“As we have said to you before, we like to deal in facts”

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Huon Aquaculture directly responds to criticism levelled at research project off Cape Connella, Bruny Island, Tasmania.

In August 2017, the Huon Aquaculture started an investigating the potential of farming 6kms off the shore of Bruny Island’s Cape Connella. Tasmanian salmon farmer was granted a permit to undertake environmental monitoring at three sites in the region.

Offshore
“Over the next three years our intention is to monitor and research the sites to establish if there is potential for far offshore farming in the region, and what it will take in terms of technology and equipment to farm there successfully,” the company wrote in a press release at the time.

In Tasmania, there aren’t any plans yet to produce constructions like SalMar’s gigantic Ocean Farm 1 yet, but companies like Huon are researching potential sites for offshore marine grow-outs as a natural way to ease pressure on coastal fisheries. “‘Offshore’ is defined by a combination of factors such as wave energy, seabed sediment type, water speed etc, not solely by the distance from land,” the company explained on Facebook on Wednesday.

“Industrial salmon farming”
However, a letter in the Bruny Island Community Association’s voice Bruny News has accused the salmon farmer of eyeing up Cape Connella for an “industrial salmon farming expansion”.

The authors of the letter were Bruny Island Sustainable Aquaculture (BSA) who are a part of The Tasmanian Alliance for Marine Protection (TAMP), a group formed by recreational fishers, commercial fishers and community groups say they are concerned about the expansion of industrial salmon farming around the Tasmanian coastline.

The map indicates monitoring points PHOTO: Huon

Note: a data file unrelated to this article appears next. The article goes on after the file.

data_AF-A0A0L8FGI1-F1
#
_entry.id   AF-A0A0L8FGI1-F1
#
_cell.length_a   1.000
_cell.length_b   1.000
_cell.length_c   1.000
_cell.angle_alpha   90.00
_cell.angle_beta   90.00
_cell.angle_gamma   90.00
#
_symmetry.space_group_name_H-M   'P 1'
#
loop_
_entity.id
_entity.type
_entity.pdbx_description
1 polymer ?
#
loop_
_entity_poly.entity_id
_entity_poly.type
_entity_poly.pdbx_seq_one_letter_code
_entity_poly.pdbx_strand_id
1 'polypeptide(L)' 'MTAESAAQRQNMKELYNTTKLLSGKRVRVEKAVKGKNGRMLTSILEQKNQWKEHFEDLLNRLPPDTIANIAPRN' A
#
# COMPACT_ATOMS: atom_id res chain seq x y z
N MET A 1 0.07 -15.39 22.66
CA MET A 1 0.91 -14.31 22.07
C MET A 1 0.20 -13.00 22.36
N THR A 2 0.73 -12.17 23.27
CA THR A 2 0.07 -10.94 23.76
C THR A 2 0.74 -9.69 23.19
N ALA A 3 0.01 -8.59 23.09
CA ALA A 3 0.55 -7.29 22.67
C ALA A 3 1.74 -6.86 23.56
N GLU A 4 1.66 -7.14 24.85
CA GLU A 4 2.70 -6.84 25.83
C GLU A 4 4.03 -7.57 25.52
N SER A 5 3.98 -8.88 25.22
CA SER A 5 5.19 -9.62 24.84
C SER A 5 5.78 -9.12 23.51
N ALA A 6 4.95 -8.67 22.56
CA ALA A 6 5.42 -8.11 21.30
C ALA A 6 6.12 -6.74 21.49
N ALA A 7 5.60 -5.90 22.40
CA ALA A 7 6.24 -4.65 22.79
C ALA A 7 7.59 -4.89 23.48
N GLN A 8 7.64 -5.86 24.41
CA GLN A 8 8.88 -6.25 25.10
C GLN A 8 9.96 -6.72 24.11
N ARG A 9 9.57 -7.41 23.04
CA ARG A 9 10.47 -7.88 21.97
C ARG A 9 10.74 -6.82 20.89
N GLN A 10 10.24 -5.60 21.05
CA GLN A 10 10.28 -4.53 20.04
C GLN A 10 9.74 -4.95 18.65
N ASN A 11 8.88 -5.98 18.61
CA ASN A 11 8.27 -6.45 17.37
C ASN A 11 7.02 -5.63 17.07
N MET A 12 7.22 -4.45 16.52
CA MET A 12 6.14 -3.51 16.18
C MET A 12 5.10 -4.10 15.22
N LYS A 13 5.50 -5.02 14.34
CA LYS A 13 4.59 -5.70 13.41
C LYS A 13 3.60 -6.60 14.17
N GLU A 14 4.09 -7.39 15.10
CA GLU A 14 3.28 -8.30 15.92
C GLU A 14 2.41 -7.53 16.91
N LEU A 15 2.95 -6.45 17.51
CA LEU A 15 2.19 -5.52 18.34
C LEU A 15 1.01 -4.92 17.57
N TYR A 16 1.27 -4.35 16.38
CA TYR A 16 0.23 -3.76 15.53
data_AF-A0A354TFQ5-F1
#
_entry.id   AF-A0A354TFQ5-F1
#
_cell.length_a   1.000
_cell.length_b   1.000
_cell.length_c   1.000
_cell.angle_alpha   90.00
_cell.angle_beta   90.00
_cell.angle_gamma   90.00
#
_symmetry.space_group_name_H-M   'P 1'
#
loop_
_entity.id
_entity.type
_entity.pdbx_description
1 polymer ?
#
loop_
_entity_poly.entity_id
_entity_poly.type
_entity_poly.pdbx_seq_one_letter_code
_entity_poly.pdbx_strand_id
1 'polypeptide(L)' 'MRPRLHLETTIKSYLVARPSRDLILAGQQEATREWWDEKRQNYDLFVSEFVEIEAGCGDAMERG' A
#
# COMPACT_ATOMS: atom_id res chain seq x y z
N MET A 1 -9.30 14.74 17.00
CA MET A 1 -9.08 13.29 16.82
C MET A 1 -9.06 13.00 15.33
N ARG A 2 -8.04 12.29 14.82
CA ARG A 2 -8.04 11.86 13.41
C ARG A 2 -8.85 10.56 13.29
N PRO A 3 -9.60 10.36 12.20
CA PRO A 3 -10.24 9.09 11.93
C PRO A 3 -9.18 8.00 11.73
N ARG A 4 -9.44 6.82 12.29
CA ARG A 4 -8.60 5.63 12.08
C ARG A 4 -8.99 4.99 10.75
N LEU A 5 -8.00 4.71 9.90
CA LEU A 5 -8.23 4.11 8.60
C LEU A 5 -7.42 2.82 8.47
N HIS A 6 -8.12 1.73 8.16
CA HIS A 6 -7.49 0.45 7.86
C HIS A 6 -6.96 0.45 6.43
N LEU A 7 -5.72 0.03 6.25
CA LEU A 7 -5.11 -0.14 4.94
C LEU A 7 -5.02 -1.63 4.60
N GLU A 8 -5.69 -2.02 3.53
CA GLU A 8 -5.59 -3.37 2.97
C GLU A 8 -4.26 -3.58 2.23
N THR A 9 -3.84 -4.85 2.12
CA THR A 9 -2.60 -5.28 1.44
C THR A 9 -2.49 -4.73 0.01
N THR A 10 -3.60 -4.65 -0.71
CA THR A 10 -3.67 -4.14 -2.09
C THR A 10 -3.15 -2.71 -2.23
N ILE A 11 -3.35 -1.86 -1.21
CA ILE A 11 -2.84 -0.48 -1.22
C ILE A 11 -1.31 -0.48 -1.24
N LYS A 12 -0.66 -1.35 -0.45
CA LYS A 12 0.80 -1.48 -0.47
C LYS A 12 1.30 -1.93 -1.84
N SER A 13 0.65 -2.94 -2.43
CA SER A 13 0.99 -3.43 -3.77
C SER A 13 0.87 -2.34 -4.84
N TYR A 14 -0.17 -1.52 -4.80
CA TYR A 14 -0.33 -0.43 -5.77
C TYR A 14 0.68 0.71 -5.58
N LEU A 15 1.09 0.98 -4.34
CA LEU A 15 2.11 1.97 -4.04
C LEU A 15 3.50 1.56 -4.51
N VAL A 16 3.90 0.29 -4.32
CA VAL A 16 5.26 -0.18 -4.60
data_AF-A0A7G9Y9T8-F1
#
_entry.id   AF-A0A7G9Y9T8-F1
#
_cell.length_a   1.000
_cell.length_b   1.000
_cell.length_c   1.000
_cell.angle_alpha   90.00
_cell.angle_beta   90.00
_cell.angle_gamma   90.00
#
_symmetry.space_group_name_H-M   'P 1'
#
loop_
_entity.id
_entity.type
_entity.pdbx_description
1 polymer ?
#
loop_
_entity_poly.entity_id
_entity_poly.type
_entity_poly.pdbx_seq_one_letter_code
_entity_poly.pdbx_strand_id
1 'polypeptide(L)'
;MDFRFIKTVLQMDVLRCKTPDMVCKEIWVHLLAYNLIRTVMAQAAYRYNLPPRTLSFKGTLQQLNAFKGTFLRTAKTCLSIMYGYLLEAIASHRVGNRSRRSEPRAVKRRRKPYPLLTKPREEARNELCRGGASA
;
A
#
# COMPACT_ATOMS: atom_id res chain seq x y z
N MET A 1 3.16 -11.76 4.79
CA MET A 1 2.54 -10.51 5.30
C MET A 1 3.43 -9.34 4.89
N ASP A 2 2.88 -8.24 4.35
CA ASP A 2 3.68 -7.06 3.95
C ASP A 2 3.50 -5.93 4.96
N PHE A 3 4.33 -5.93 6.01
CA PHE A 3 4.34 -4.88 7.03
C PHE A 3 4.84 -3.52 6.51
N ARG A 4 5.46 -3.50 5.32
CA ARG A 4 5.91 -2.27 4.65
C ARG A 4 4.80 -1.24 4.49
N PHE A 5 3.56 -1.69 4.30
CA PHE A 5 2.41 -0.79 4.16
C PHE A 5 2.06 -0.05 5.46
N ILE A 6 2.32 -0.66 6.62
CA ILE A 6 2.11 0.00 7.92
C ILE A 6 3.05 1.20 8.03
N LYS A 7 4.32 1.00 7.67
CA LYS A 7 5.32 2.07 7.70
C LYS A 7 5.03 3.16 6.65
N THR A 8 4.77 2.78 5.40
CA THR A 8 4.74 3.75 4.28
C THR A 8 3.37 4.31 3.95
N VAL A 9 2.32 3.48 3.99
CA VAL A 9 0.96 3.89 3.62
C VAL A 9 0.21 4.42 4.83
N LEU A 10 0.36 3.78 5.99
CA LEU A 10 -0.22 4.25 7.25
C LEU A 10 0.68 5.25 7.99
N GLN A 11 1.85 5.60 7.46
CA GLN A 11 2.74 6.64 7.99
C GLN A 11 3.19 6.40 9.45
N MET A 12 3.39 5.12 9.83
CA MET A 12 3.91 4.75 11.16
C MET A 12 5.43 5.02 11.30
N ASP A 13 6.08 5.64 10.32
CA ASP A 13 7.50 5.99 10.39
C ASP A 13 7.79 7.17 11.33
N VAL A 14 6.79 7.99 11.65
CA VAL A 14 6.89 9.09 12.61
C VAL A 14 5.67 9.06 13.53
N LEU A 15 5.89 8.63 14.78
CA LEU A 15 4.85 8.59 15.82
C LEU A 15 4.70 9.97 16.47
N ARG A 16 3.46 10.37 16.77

“It is clear that Huon Aquaculture sees the south-east of Tasmania as the only near term viable Tasmanian expansion opportunity for the company as it expands into its share of the approved initial production quota of 30,000 tons in Storm Bay and then to 40,000 tonnes and ultimately the aspirational, 80,00 tonnes annual production, with Cape Connella operational,” the BSA wrote.

Correcting the record
“Sadly, we sometimes have to spend time correcting the record,” Huon responded on the company’s official social media as well as TAMP’s Facebook page:

“Hello TAMP members, as we have said to you before, we like to deal in facts. The facts on Cape Connella are this; we are conducting research to determine if it is even possible to start thinking about farming in this area. Nothing new has happened at Cape Connella since this media statement was issued in August 2017 EXCEPT that we do exactly what the permit allows us to do; gather research.

“The whole point of research is to underpin any hypothetical future operations at Cape Connella (and we stress hypothetical, as it is just that) with fact, and BSA’s claim that the shorelines will be ‘covered’ with fish farms is scaremongering. Nothing more, and nothing less.”

“It’s disappointing that BSA has chosen to communicate via the Bruny News rather than contact us to find out facts. As such we will also communicate the above again directly to them (…) We are open to taking criticism and questions around our operations, but we hope that moving forwards, facts take centre stage,” Huon added.

Huon’s Cape Connella research lease project is in three phases:

  • Phase 1 includes deployment of remote monitoring systems for assessment of the physical, chemical and biological conditions
  • Phase 2 includes deployment of prototype equipment for testing such as communications equipment and reinforced fortress pens and potentially other offshore systems
  • Phase 3 will see one or more sites developed to pilot-scale farming using the new technology